This new approach has several benefits. You may qualify for, and be told about, programs and services which you were not aware of previously. You will only have to explain your current financial situation once and the streamline process and makes it more convenient to access more than one program. 

With one application you can now be assessed for these five programs:
  1. Property Tax Assistance
  2. No Cost Spay/Neuter
  3. Recreation
  4. Calgary Transit low-Income Passes
  5. Low-income seniors programs  

Two locations have been opened where you can apply in person:
  • Village Square Library: 2623 56 St N.E. 
  • Municipal Building: 3rd floor, 800 MacLeod Trail S.E.  
To learn more about the Fair Entry program, download an application form or find additional ways to apply, visit

Submitted by Peter Jacoby, Community & Neighbourhood Services

First Anniversary of Calgary’s Airport Trail Tunnel

The six-lane Airport Trail tunnel, under Calgary's new airport runway, officially opened to traffic on May 25, 2014 - making yesterday its one year anniversary!

“The Airport Trail tunnel is a critical piece of infrastructure that connects people, goods, and services locally, regionally, and globally,” said Michael Thompson, The City’s Director of Transportation Infrastructure. “It serves as a vital east-west corridor for Calgary that benefits all Calgarians.”

The project included extending Airport Trail from Barlow Trail to 36 Street N.E. as a six-lane roadway, and widening Airport Trail between Deerfoot Trail and Barlow Trail from four to six lanes. The tunnel provides an alternate route to-and-from the airport and will ultimately link Stony Trail East all the way to Centre Street.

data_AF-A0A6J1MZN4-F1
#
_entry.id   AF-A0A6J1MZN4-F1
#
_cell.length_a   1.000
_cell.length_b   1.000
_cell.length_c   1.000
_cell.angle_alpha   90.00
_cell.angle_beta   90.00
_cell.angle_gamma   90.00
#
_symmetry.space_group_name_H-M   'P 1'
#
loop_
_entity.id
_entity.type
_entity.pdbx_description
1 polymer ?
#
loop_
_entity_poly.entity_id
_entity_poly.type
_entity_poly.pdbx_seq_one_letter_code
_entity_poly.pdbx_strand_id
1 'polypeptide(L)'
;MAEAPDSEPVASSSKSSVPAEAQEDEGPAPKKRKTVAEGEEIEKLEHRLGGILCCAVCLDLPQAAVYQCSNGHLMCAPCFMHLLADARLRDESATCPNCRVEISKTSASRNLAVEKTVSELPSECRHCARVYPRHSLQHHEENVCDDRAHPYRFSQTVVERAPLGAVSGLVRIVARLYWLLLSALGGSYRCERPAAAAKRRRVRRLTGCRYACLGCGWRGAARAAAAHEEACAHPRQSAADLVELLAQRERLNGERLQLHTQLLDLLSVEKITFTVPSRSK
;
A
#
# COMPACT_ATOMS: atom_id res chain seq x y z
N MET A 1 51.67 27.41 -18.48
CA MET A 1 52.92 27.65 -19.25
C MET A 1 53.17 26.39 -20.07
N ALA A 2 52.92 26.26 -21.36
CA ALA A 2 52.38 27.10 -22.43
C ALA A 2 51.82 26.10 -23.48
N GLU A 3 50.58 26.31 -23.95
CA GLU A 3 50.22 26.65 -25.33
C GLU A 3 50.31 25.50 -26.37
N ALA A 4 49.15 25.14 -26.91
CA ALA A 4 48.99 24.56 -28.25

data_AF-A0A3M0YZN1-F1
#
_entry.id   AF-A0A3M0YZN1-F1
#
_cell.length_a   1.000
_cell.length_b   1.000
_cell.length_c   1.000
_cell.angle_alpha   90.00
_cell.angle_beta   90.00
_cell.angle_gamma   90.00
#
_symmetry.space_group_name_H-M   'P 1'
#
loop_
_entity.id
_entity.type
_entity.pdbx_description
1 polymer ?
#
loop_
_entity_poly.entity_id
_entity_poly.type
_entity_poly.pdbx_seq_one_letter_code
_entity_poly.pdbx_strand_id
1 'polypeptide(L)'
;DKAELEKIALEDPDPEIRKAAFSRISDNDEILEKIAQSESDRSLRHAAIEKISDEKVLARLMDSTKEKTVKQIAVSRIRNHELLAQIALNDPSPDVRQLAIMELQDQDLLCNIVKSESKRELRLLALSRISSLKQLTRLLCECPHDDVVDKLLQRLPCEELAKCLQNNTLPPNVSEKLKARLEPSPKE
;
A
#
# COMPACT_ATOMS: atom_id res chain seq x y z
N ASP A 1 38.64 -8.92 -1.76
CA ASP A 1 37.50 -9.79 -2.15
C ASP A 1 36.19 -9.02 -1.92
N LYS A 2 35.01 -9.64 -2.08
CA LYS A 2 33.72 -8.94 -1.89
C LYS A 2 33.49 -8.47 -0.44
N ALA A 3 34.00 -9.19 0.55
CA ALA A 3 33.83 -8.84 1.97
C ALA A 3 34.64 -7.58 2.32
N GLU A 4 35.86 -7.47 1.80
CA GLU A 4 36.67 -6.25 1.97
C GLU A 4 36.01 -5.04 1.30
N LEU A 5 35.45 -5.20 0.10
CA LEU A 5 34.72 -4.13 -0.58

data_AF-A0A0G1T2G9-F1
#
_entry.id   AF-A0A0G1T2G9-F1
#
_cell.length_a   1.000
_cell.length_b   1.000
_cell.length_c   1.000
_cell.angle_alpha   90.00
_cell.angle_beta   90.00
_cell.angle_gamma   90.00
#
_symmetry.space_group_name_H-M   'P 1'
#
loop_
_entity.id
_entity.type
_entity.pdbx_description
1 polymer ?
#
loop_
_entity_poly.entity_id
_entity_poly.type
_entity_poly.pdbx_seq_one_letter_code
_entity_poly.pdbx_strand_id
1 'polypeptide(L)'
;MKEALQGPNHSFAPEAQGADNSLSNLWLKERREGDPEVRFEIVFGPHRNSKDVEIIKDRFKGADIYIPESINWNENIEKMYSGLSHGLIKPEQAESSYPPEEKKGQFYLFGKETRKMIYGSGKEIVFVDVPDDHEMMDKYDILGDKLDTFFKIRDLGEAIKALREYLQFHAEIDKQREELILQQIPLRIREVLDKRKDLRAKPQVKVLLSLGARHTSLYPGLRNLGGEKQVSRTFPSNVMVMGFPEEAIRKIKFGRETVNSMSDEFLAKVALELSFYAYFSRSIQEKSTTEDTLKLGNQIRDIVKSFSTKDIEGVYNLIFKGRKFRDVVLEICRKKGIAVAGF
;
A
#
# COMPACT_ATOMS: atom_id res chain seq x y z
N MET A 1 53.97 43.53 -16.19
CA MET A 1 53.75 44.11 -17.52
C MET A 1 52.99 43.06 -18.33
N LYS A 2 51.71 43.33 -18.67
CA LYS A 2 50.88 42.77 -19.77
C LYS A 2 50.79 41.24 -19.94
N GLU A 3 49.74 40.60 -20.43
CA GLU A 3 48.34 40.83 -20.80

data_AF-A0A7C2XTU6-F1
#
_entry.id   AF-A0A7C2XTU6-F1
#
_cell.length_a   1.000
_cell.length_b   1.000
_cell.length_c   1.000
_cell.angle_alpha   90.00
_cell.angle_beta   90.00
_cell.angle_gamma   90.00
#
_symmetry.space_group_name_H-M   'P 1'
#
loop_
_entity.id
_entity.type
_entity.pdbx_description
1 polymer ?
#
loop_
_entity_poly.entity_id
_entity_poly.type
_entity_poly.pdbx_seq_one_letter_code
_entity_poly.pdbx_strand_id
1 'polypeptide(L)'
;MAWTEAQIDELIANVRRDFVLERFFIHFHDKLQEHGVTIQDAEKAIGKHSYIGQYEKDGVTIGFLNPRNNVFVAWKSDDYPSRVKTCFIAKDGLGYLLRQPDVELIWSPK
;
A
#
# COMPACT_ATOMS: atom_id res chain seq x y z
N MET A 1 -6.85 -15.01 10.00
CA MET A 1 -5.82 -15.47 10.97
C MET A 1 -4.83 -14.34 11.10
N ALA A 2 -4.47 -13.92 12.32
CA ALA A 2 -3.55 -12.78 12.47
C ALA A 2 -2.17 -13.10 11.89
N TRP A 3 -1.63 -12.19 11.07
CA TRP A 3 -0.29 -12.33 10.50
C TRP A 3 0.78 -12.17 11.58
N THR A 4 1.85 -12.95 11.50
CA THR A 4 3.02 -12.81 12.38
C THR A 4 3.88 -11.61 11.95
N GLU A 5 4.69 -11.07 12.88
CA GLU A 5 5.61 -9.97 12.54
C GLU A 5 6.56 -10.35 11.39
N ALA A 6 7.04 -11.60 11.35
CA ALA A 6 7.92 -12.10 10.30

“The most recent traffic volume counts show that over 13,000 vehicles use the tunnel daily,” Thompson added. “This will only increase in the future as the road network is expanded and the northeast quadrant of the city develops.”

The City worked closely with the Airport Authority during the construction of the tunnel and the Authority’s runway development project. This cooperation enabled The City to meet the critical milestone dates needed by the Airport Authority to complete its runway expansion program without delay.

Some interesting tunnel facts:
  • The tunnel is 620 metres long, 36 metres wide and has a vehicle clearance of 5.3 metres.
  • During tunnel construction over 600,000 cubic metres of earth and rock was excavated.
  • A total of 58,000 cubic metres of concrete was poured during the construction of the tunnel.
  • Approximately 45 kilometres of electrical conduit and 12,000 tonnes of reinforcing steel were installed.
  • Thirty-two 100-horsepower exhaust jet fans, weighing 2,000 pounds each, and 1,380 lighting fixtures were installed onto the ceiling of the tunnel.